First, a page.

Fight or flight: How the brain responds to stress, fear and anxiety
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When swimming in the ocean, a young surfer sees a dorsal fin slowly coming toward him. He immediately feels panic and internally debates whether it would be best to attempt to outswim the shark or face it head-on. Just as he decides he cannot outswim the creature in its own habitat, the animal leaps into the air; it was just a dolphin. He feels immediate relief, as the stimulus that caused the stress, fear and anxiety that resulted in his “fight or flight” response ended up not being a threat.

Fear and anxiety are often closely related and both play a role in the body’s natural physiological response to stress. The term “fight or flight” was first coined in the 1920s by Walter Cannon, professor of physiology at Harvard Medical School. Cannon recognized the effect stress has on the body, activating the sympathetic nervous system and leading to increased heart rate, altered breathing patterns and heavy sweating. These physical reactions might seem counterproductive, since they can be distracting and get in the way of fighting off a potential threat. However, this fight or flight response pumps stress hormones adrenaline, cortisol and norepinephrine through the body, helping people make quick decisions based on instinct when faced with a threat.

A threat does not have to be real for an individual to experience a fight or flight response. As in the aforementioned example, the impending shark attack ended up being a simple dolphin sighting. However, perceived threats, both physical and psychological, can have an intense effect on the human body. Severe anxiety can take the form of panic attacks, which typically occur when the fight or flight response is triggered by a psychological stimulus that comes with no true threat to the individual. This can be debilitating, to the point where many people with panic disorder fear having panic attacks more than anything else. Similarly, those with irrational phobias can have fight or flight responses when faced with their triggers.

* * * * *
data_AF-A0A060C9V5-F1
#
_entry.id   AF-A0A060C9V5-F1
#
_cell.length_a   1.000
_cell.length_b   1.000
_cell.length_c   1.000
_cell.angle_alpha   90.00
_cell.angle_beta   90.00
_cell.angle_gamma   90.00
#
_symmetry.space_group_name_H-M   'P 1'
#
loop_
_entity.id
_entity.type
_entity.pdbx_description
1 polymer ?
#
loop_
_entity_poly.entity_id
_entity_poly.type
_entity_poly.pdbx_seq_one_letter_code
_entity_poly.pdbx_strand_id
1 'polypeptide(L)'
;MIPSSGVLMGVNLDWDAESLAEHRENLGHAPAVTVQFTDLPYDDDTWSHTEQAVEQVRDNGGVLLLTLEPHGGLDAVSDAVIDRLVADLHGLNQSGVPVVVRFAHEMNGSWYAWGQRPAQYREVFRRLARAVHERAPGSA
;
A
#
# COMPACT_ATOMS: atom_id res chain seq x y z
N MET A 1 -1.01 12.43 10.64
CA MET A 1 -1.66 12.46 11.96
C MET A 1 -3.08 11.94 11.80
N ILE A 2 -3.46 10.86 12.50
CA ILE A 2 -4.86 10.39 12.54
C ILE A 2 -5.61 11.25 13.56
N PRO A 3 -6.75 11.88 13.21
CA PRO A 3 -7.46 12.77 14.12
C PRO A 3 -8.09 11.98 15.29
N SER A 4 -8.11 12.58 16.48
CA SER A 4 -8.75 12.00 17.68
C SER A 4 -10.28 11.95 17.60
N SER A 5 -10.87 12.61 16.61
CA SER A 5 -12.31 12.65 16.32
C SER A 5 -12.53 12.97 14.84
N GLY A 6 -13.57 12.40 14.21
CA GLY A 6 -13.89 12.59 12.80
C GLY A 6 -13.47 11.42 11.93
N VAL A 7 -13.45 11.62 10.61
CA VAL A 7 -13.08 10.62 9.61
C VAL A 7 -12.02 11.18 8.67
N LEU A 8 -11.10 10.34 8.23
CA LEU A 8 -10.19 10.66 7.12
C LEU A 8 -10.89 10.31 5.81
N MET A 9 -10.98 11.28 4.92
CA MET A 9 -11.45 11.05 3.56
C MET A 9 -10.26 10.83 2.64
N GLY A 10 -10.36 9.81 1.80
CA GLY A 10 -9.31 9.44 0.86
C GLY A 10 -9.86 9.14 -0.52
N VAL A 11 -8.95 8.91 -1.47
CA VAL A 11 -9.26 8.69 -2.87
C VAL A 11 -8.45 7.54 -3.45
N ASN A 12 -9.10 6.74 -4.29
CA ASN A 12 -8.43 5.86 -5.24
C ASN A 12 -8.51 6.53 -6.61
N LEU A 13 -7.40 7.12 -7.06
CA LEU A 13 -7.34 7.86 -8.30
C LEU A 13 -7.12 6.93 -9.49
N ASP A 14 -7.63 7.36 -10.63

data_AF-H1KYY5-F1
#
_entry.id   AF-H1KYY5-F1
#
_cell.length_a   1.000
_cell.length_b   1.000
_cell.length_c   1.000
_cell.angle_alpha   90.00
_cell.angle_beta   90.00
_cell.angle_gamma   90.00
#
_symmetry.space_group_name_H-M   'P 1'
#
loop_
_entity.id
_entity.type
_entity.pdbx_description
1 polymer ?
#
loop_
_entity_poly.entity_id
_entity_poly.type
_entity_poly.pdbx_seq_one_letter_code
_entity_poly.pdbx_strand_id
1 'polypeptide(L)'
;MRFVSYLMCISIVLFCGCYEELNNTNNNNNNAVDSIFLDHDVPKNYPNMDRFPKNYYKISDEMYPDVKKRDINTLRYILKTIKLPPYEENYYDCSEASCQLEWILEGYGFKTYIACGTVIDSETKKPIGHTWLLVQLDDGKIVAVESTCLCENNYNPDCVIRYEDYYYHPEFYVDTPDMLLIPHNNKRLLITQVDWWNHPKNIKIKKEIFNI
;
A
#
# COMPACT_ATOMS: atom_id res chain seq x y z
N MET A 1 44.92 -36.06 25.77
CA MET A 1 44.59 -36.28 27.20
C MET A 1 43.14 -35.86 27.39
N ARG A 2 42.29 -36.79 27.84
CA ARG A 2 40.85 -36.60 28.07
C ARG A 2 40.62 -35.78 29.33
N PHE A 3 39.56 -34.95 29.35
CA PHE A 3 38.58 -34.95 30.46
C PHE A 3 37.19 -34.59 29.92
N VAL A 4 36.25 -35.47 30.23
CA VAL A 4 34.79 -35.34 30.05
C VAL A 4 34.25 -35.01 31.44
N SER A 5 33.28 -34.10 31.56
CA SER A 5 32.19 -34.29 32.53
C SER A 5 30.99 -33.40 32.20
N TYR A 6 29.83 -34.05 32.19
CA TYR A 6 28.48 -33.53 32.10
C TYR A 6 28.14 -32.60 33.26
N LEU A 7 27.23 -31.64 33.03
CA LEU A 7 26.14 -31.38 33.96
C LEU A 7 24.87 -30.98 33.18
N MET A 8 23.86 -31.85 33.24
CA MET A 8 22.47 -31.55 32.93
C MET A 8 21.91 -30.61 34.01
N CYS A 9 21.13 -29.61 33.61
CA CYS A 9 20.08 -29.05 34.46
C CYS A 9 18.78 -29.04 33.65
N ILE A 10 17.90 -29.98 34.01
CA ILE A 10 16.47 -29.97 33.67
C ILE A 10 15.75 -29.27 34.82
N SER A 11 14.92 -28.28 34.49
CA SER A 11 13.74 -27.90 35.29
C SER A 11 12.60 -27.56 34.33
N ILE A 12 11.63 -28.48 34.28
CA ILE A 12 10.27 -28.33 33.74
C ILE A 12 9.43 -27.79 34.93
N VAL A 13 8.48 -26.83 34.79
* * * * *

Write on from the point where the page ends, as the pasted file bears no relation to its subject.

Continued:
Though the fight or flight response is instinctive in most of the population, many leaders in the psychology field feel there are alternative responses equally prevalent. As Dr. Mary C. Lamia, clinical psychologist based out of Marin County, California, explains, “…a person or animal might… just ‘freeze’ in response to being threatened; yell or scream as a fighting response rather than get physical; or, isolate as a flight response.” These are all potentially harmful responses to threatening stimuli, so psychologists recommend implementing relaxation techniques in the face of fear, as well as ceasing negative self-talk and reframing unwanted physical reactions to stress or anxiety to see how they can be beneficial or serve their purpose.

If you or a loved one is struggling with anxiety, panic attacks or any other mental health issues, help is available. Sovereign Health Group specializes in treating individuals struggling with mental health disorders, substance abuse issues and dual diagnosis. Call to speak with a professional today.

Written by Courtney Howard, Sovereign Health Group writer

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